Shutting for good on Wednesday, Thursday Hugos’ owner and staff fronted a party of Kings Cross stakeholders and a Federal MP to announce intentions of a class action against the NSW Government.
As the award-winning cornerstone of Kings Cross closes its doors, the sickening reality of the area’s indiscriminate strangulation has given rise to outrage by both businesses and the public.
Hugos has never incurred a ‘strike’ for violence nor been on any OLGR list, yet reports $10 million in losses since the Government’s reactive and unconsidered imposing of crippling trade restrictions on the designated late-trading precinct.
The immensely popular pizza restaurant and nightclub used to see 6,000 people through its doors on weekends, but an 80 per cent reduction in foot traffic to the KX precinct saw Hugos drop 60 per cent in revenue and become unsustainable.
“We didn’t do anything wrong. But the NSW Government not only wouldn’t hear us out, they wouldn’t even take our calls,” said owner Dave Evans.
“So instead, now they can take the calls from our lawyers.”
Affecting more than just the licensed venues, the so-called ‘lockout’ restrictions have so dramatically re-shaped the vibe of the precinct that dozens of ancillary businesses have also closed. Multiple property owners and businesses have joined Evans to explore the idea of a class action for “compensation for their financial losses”.
While a spokesperson said the details are still under discussion with at least two law firms, the virtual genocide in the area has brought attention to the fact that the NSW Government promised regular reviews to “tweak” the measures – which never happened.
There has been advice that “the requirements have been met” for a group action, potentially focused on the uncompetitive nature of laws that restrict some businesses whilst allowing others nearby to trade unrestricted.
A total of 170 staff have been laid off at Hugos as a direct result of the trade restrictions – according to Evans. Federal senator David Leyonhjelm joined the fight, pointing out the bias in the situation.
“If 170 people had lost their jobs manufacturing cars, there would be politicians screaming their heads off saying, ‘Let’s subsidise them and keep them in business’,” said Senator Leyonhjelm.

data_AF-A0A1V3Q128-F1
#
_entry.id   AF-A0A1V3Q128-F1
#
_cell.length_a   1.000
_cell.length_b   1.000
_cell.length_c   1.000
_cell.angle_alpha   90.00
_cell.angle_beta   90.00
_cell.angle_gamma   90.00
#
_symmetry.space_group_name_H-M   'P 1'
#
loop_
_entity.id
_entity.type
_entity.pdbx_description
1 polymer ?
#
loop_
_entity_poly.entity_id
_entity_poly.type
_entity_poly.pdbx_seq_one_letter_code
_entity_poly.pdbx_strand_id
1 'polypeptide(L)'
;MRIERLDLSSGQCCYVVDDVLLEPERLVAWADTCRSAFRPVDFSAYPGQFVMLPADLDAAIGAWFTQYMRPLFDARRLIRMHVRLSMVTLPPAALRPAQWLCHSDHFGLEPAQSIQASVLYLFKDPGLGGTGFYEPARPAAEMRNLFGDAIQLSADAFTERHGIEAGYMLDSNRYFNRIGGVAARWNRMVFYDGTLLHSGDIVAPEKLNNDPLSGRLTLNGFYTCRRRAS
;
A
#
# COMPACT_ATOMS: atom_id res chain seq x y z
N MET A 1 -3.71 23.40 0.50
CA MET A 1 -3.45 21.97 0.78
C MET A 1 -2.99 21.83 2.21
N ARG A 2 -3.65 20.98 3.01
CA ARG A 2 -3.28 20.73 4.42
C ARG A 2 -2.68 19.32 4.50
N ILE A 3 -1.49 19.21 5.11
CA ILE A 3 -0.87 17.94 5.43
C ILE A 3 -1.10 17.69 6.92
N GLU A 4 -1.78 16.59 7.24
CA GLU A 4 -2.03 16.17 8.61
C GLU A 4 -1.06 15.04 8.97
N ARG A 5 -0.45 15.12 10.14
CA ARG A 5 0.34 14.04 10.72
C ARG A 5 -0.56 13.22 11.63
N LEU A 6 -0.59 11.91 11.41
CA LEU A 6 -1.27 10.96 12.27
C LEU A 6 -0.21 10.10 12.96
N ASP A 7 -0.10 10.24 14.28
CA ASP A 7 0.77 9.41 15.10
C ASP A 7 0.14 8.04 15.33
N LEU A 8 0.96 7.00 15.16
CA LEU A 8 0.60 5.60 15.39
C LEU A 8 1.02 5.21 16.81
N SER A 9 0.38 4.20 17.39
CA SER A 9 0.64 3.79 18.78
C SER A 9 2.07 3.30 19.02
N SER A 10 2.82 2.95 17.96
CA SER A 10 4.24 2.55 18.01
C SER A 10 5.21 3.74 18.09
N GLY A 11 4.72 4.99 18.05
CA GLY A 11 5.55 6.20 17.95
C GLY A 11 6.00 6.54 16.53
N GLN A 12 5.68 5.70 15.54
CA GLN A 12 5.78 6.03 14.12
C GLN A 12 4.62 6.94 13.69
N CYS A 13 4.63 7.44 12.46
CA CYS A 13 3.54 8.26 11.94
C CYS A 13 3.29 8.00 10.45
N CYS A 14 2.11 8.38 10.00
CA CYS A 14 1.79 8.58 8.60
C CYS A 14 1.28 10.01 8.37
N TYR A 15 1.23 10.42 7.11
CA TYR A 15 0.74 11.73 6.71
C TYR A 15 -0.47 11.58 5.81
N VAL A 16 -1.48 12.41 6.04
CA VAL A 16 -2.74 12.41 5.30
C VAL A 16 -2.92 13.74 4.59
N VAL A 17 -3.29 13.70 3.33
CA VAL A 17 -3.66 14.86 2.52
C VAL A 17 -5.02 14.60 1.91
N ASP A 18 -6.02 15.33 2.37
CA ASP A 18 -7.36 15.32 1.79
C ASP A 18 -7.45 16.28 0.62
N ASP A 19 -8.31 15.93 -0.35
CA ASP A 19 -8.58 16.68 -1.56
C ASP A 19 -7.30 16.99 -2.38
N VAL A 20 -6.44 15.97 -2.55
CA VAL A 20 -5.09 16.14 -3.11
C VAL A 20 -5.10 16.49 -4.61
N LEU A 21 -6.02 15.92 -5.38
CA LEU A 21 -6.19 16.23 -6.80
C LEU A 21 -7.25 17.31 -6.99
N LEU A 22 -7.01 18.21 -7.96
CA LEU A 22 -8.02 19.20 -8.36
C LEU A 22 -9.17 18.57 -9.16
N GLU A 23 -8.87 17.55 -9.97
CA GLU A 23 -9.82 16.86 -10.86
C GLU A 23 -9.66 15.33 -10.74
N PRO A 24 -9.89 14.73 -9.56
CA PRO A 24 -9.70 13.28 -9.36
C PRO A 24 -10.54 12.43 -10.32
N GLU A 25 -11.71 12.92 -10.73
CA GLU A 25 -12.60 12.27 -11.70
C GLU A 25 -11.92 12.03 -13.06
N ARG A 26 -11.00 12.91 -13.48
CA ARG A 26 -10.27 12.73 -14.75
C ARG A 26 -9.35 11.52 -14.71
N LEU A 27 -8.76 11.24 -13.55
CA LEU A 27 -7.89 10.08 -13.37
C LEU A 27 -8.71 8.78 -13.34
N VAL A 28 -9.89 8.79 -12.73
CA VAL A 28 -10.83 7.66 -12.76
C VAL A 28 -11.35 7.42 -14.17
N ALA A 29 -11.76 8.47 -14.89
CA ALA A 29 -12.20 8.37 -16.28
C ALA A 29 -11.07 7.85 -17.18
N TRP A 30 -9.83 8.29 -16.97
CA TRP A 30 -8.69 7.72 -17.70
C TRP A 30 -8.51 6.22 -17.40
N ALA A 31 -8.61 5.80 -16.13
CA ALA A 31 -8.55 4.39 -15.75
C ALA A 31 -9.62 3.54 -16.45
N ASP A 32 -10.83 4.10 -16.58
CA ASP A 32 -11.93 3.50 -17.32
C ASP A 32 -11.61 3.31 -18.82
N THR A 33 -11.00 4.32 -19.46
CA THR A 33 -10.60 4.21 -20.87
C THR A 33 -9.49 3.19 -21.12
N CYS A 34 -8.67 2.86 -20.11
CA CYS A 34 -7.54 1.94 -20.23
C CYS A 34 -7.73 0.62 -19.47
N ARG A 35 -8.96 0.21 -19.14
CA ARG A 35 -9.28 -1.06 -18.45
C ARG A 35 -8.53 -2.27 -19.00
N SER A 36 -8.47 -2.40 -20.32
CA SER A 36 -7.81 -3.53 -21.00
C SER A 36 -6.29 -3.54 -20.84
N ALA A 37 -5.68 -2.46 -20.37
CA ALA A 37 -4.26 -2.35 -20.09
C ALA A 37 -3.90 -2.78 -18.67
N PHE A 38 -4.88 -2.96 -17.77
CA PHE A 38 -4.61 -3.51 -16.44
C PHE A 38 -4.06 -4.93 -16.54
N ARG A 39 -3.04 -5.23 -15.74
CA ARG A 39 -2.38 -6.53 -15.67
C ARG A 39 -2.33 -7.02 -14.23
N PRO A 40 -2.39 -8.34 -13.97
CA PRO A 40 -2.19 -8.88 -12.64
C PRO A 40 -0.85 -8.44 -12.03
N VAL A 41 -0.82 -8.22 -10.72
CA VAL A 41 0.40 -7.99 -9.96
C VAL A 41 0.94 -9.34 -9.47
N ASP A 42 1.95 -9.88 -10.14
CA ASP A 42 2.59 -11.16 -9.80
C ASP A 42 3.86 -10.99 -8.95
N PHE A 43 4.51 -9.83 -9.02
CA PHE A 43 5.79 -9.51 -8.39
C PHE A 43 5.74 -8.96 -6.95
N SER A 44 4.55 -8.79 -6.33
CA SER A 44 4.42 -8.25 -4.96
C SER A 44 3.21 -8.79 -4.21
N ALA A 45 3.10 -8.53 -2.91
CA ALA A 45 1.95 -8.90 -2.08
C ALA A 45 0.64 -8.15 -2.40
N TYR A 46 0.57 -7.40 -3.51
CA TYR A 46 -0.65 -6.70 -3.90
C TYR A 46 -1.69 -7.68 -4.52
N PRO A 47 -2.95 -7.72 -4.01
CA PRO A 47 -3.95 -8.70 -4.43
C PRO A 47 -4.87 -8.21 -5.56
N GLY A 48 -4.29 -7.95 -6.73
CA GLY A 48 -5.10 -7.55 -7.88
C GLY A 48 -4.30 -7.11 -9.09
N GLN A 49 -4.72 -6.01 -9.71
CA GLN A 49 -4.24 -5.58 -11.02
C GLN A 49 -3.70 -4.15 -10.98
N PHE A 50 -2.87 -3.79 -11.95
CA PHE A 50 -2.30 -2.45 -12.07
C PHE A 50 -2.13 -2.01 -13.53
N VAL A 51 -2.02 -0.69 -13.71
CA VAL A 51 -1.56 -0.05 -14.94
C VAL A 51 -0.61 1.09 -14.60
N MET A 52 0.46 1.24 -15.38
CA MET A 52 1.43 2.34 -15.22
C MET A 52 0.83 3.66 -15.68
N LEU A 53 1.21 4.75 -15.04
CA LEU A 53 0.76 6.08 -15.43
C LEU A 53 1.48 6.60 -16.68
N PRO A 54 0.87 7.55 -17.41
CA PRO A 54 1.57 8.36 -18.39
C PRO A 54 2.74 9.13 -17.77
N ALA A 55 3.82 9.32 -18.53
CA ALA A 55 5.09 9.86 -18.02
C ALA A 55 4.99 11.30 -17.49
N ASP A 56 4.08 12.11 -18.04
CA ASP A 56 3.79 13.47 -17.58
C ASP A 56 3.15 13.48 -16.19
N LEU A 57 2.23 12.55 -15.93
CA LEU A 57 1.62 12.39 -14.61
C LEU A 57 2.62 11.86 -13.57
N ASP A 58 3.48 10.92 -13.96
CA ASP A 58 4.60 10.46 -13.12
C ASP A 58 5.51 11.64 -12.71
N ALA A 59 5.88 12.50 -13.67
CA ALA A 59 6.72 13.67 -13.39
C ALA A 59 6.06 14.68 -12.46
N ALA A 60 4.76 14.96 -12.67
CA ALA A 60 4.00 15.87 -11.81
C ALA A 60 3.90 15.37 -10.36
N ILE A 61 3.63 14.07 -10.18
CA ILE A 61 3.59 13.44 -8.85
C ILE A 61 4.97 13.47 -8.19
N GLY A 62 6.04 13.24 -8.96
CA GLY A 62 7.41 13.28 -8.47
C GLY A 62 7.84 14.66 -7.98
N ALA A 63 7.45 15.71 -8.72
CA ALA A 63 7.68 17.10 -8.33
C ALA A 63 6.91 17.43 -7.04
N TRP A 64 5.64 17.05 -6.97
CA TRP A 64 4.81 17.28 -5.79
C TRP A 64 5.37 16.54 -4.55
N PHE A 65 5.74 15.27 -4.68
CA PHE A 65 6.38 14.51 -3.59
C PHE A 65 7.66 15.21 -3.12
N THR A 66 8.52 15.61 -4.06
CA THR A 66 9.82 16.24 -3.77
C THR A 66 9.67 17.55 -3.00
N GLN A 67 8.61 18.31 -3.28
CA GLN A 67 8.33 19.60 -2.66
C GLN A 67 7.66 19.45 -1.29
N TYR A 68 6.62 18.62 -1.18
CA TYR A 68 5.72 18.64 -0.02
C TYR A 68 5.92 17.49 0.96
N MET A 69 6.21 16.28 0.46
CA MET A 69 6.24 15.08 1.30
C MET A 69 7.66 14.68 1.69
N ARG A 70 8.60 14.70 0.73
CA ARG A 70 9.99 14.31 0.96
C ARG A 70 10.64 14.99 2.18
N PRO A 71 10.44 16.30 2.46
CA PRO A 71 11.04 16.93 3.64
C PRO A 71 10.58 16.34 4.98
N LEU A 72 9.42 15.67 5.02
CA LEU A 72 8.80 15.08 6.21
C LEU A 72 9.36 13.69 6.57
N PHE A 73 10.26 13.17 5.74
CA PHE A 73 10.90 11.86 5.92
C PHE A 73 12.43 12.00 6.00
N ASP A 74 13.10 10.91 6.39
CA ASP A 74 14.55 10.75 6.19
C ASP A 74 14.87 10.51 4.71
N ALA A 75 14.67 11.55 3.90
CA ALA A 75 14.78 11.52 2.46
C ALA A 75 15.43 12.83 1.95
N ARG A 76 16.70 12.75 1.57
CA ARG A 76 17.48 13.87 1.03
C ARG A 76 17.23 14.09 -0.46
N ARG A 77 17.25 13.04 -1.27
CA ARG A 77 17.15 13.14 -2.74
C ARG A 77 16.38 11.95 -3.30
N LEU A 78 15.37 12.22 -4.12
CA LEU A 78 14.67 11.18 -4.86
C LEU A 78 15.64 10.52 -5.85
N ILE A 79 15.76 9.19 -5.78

“It’s a perverted sense of priorities.
“The laws aimed to solve a problem – which they’re not solving, they’re moving that problem into the other suburbs – but the unintended consequences are that they’re killing off the commercial life here in Kings Cross. People are not coming here.
“Nobody wants alcohol-fuelled violence, but the businesses of Kings Cross are paying a very heavy price for this blanket approach.”
Bureau of Crime Statistics & Research (BOCSAR) statistics have shown an increase in violent incidents in surrounding areas such as Pyrmont, but the relatively high percentage increases come off a small base and BOCSAR has not confirmed any direct correlation.
Figures have also shown a comparative rise in domestic violence across the same time-frame as the trade restrictions, the primary aim of which was to address violence involving alcohol, lending weight to the notion that restricting or eliminating choices for late-night revellers merely drives them away from regulated premises.
At last night’s rally Evans spoke of 35 business, including nine licensed venues, that have closed since the restrictions were introduced. Atop his losses, he said this amounts to “hundreds and hundreds of millions of dollars”.
Police Minister Troy Grant’s office has confirmed the review of the Kings Cross and Sydney CBD restrictions will commence in February, 2015 – as scheduled.